Nearly 600 people watched a bright fireball disintegrate over Texas on Sunday night (July 24), and some even heard the sonic boom indicating that bits of rock might have hit the ground.
Observers in a range of lands including Louisiana, Mississippi, Oklahoma and the Lone Star state saw a bright spot. meteor at about 3:26 a.m. local time on Sunday, according to reports from American Meteor Society (AMS).
“Initial computer-generated trajectory shows that this fireball entered the atmosphere over Cistern, Texas, and ended its journey just a few miles west of Austin,” EarthSky Books (Opens in a new tab) from the event.
The report added that “several witnesses near the flight path reported that they heard a late bang, indicating that meteorites from this fireball may have escaped the fiery passage through the Earth’s atmosphere, and are now on Earth.”
The fireball was largely detected in automatic doorbell cameras uploaded to the AMS website. Information about the likely size, origin, trajectory, and size of the space rock meteorites To search for it was not available. (Whereas a meteor is the flash of bright light known as a meteor when a piece of space rock enters, a meteor Earth’s atmosphere, the meteorite is the part that can be found on the surface of the planet after surviving the passage. Most meteorites do not produce any meteorites and burn completely.)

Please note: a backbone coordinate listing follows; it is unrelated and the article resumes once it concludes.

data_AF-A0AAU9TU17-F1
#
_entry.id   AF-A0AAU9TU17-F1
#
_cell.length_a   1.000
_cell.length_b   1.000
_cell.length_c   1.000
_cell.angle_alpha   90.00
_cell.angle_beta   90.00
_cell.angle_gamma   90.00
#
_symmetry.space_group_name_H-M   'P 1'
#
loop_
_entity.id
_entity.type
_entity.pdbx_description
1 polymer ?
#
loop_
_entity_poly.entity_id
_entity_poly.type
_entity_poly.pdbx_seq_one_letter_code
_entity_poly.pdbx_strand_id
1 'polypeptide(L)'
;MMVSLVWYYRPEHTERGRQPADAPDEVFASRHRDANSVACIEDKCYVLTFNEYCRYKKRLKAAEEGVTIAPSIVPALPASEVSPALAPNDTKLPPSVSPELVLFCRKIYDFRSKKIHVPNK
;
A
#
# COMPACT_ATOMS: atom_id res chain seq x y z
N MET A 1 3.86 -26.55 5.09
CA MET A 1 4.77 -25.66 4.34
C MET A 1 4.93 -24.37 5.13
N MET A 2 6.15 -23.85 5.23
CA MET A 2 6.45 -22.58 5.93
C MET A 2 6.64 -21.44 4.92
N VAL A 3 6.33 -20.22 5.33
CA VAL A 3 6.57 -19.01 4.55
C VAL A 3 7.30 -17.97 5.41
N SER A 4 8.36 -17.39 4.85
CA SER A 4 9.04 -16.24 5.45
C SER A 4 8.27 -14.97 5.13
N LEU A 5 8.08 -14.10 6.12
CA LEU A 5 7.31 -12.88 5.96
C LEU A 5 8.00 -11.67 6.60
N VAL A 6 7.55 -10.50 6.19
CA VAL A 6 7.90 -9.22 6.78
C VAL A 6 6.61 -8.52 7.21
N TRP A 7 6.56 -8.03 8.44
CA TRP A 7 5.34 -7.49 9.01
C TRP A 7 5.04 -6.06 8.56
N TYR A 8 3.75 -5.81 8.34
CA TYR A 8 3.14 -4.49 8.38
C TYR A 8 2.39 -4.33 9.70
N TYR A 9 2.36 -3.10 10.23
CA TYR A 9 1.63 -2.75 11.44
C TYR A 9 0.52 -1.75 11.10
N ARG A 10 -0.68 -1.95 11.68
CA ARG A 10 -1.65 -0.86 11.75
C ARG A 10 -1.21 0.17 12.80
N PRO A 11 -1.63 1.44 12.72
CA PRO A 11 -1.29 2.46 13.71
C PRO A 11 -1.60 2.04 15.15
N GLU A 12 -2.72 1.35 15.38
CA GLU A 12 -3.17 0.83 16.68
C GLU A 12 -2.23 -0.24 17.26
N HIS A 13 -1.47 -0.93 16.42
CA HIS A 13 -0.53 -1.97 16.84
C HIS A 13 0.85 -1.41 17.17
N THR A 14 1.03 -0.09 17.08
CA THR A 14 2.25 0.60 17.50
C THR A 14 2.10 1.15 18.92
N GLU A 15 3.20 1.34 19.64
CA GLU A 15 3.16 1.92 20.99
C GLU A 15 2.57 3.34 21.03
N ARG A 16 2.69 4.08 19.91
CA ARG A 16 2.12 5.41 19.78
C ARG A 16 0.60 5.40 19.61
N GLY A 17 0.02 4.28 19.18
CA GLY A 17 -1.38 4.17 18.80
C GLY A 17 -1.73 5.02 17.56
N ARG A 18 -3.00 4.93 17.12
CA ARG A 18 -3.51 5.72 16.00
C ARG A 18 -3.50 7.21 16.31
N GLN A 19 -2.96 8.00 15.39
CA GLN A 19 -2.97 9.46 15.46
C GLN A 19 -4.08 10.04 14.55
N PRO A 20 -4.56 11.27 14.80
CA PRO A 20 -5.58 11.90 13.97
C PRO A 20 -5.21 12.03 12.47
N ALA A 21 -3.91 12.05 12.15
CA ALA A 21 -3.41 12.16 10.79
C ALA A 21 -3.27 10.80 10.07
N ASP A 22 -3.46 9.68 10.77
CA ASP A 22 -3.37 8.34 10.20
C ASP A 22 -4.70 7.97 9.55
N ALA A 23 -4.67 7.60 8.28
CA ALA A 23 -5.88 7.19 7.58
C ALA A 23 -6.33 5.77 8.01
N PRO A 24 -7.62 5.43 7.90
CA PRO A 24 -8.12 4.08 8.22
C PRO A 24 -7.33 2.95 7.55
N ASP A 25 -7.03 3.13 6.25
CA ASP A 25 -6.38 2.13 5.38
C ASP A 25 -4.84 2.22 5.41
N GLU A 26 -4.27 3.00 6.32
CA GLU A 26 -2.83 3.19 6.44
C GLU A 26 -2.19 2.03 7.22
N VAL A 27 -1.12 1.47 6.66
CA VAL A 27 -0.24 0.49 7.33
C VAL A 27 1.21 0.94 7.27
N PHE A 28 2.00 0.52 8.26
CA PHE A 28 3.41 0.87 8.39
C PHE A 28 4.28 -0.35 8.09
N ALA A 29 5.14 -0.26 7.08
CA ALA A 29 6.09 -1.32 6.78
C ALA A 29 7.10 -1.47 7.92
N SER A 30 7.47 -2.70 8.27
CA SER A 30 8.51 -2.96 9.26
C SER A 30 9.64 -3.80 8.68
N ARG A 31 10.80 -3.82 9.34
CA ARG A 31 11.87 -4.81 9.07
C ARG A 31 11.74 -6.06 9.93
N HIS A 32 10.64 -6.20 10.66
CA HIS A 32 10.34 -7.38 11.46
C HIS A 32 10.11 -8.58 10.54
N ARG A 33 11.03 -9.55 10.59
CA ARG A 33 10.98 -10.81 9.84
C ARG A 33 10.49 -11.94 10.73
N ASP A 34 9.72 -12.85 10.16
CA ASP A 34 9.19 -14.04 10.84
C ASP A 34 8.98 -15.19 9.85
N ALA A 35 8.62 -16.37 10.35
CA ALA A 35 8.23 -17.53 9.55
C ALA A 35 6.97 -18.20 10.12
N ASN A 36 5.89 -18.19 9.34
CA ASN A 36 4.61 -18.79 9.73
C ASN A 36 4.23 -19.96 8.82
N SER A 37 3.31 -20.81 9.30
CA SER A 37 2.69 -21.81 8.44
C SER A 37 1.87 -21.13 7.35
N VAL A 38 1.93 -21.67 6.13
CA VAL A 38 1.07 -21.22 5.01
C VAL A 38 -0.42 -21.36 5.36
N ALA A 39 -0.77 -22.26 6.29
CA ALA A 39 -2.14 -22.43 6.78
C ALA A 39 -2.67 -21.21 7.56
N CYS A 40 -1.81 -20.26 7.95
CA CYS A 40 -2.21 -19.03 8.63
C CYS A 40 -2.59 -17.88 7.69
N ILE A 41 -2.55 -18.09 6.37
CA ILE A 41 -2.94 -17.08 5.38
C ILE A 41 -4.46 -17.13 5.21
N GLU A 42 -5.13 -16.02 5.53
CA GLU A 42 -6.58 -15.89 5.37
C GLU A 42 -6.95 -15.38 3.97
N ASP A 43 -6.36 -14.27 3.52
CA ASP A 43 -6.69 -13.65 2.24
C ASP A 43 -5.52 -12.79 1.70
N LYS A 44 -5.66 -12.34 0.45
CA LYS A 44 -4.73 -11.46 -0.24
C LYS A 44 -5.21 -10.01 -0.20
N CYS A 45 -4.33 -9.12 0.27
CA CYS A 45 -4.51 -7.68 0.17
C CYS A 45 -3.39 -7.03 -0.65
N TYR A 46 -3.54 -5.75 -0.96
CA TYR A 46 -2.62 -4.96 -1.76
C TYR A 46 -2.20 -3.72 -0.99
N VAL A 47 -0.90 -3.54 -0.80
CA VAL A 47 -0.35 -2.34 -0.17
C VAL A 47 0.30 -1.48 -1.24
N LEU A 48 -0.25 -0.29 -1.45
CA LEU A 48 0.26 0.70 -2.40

In general, those searching for meteorites need to obtain permission from any landowner before conducting the search. Meteorites tend to be dark, jagged, and dense. Do you have to Possible meteor spotPut it in a plastic bag or wrap it with aluminum foil to keep the space rock uncontaminated. Then show it to a local museum or science facility for evaluation.
Meteorites are interesting to scientists because they help shed light on the chemical composition of asteroids And the comets that flight Solar System, virtually unchanged since its formation. Most meteorites are completely harmless as the body burns largely in the atmosphere, although a small percentage of meteorites can survive in the corridor and cause damage on Earth.
NASA tracks much larger space objects through Planetary Defense Coordination Office and a network of telescopes. Small fireballs like this are too small for that net to catch, in most cases. No major imminent threats to our planet have been spotted, but scientists continue to research just in case.
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